was a small kitchen with a small family room directly north where they spent
most of their time huddled together watching T.V. when the three were
home which after his evening meetings was every night. In between
the kitchen and family room was a cabinet. That would be three o’clock east.
On the top shelf pushed way to the back behind closed doors was the bourbon
and vodka. He and his wife drank white wine, which was kept chilled behind
a lot of food containers in the refrigerator. He always carried the empties in a
brown paper bag to a dumpster at a grocery store in the next town. One night in the
middle of reruns of the Rockford Files, their daughter stated sarcastically and accusingly
in her best and deepest southern drawl, “Y’all drink every night.” He and his wife argued
a lot and sometimes she would storm off to the pastor’s study that was converted into an
art studio four o’clock southeast just next to the three o’clock southeast stairway and
downstairs half bath under the stairs. She sat for long periods of time staring at her easel.
He felt bad that his daughter had to witness such times. The basement was dark and
dank. One room at six o’clock south was where they had deposited coal years before.
There was still some soot on the walls and floor and a chute at seven o’clock
southwest just above the foundation. The walk-in attic was 360 degrees huge.
Dead center was a big, old T.V. antenna, a remnant from the days when
previous occupants had to close thick drapes to watch television surreptitiously .
On the floor beneath one badly screened crevasse where walls and the roof met but
parted as the house settled years ago was a pile of bat crap. Two weeks earlier a bat
had buzzed him as he lie in bed. He jumped up, grabbed his tennis racket, turned
on all the lights in the huge house and opened the door downstairs three o’clock east.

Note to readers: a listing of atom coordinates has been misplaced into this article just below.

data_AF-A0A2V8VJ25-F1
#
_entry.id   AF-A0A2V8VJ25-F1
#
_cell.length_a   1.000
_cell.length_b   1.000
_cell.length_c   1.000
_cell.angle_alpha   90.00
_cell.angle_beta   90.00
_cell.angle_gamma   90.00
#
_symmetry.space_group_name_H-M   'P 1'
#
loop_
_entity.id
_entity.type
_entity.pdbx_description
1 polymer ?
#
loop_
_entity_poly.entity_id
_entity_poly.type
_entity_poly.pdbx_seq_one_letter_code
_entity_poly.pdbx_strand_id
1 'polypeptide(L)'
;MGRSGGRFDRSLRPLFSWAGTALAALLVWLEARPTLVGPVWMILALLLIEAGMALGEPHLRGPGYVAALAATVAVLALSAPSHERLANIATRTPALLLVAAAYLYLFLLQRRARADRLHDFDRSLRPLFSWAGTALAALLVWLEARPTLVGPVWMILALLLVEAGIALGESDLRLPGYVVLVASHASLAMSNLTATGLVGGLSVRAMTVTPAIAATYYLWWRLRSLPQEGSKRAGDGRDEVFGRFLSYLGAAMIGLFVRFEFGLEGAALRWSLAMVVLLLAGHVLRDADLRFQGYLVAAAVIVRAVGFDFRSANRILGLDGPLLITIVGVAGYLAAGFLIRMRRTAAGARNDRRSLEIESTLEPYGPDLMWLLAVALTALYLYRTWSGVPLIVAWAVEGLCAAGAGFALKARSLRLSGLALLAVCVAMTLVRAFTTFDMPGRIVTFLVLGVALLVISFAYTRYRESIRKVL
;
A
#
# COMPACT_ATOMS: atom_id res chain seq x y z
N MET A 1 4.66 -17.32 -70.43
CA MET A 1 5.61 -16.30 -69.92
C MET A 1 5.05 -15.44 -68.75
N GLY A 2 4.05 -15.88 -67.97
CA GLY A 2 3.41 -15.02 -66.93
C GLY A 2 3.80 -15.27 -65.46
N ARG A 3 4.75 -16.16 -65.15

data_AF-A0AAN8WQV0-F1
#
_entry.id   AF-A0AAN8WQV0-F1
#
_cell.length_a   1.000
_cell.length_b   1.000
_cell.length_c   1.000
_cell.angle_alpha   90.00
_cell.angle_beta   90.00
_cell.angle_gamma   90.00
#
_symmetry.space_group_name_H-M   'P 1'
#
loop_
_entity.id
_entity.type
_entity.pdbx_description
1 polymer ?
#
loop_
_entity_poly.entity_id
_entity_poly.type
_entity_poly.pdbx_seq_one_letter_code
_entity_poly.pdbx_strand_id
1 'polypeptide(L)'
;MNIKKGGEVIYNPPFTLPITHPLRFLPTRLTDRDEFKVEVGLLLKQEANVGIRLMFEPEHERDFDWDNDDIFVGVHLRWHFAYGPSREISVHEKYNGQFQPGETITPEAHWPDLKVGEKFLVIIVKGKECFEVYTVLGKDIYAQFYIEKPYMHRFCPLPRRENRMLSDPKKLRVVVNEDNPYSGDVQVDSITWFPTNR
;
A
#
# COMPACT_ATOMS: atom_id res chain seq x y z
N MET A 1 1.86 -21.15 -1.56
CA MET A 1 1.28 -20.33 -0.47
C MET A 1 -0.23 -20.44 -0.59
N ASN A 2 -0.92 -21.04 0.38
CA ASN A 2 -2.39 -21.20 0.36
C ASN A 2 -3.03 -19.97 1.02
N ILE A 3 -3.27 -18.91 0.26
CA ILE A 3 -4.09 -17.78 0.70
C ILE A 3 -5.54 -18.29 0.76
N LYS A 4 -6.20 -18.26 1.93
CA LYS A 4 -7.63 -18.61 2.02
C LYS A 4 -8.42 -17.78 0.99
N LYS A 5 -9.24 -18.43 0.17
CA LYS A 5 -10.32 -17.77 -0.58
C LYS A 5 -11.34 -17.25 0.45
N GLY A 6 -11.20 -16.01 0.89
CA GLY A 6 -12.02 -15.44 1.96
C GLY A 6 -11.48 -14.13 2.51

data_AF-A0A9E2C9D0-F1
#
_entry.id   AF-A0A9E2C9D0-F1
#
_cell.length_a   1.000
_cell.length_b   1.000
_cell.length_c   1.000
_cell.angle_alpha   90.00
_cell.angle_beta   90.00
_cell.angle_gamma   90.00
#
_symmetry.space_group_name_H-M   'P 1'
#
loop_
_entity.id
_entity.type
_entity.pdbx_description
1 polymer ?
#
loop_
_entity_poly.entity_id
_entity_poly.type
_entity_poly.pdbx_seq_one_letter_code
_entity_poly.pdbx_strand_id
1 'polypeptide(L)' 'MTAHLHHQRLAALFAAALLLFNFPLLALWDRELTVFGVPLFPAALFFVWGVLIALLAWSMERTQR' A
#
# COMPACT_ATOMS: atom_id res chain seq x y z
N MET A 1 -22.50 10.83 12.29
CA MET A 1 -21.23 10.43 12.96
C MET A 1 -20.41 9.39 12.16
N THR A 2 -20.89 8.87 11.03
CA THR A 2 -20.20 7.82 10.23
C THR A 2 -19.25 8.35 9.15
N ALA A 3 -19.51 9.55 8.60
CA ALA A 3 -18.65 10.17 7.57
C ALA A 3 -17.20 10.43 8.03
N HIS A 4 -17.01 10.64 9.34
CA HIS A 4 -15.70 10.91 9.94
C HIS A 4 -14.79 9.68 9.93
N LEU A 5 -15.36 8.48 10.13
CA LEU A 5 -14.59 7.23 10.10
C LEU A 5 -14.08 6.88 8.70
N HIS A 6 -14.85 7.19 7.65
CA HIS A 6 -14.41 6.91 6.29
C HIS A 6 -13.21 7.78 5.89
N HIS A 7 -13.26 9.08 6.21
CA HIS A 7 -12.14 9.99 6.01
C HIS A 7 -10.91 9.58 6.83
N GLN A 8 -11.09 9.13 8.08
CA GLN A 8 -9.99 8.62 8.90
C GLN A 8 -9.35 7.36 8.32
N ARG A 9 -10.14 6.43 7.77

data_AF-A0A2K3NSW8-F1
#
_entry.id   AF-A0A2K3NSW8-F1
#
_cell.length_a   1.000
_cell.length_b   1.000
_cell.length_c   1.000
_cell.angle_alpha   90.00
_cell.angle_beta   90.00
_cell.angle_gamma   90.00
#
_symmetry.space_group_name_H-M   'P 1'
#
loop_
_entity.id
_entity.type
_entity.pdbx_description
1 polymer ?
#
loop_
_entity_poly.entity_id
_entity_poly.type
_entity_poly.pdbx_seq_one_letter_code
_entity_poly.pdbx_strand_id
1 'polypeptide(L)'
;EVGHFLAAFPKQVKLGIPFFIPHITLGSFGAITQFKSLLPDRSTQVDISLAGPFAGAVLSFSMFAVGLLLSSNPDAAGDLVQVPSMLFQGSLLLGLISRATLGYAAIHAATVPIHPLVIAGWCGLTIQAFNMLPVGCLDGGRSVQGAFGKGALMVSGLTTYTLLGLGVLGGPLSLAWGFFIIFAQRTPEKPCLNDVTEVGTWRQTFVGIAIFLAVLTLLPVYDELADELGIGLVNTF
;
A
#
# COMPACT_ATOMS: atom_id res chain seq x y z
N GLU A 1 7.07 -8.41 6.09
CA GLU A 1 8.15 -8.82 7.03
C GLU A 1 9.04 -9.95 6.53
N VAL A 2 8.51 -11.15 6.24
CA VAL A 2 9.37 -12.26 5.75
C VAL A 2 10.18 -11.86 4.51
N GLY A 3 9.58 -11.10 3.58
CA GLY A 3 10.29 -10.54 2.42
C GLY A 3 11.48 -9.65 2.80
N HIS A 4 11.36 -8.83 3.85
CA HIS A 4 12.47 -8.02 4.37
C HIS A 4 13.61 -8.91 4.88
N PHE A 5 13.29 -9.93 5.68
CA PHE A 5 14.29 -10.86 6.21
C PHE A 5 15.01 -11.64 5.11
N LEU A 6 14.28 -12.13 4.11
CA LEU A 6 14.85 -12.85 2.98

The bat flew out. In three days he would have to preach his fourth sermon about the love
of Jesus at the church only a block away directly west in a town his son had derisively and
with a bit of pain called “Beaver Cleaver-ville” into which the family dog would periodically
and resolutely escape. He could get pretty far on those short little legs. The dog was one
determined, head-strong, beagle-dachshund mix. He’s had the run of the neighborhood
before. Sadly, he was often just a poor old scapegoat. Within ten minutes of
his departure neighbors would call to say exactly when the little dog left the yard and in
what direction he was headed. Sometimes the little guy could be found forlorn at the
pound. As he moved toward the twelve o’clock north bathroom, he thought about
raising a fist skyward right through the huge bat crap attic, past the giant antenna
and cursing God for taking them away from their old Kentucky home, not that it was
always heaven there, but he knew it was his decision to follow what he believed
was “The Call.” He took a leak and stepped into the shower. As the water
poured over his head he, too, cried. He dressed hurriedly and walked west
to the church right on time because he knew the wives of time-clock
punchers were watching him through their partially opened blinds.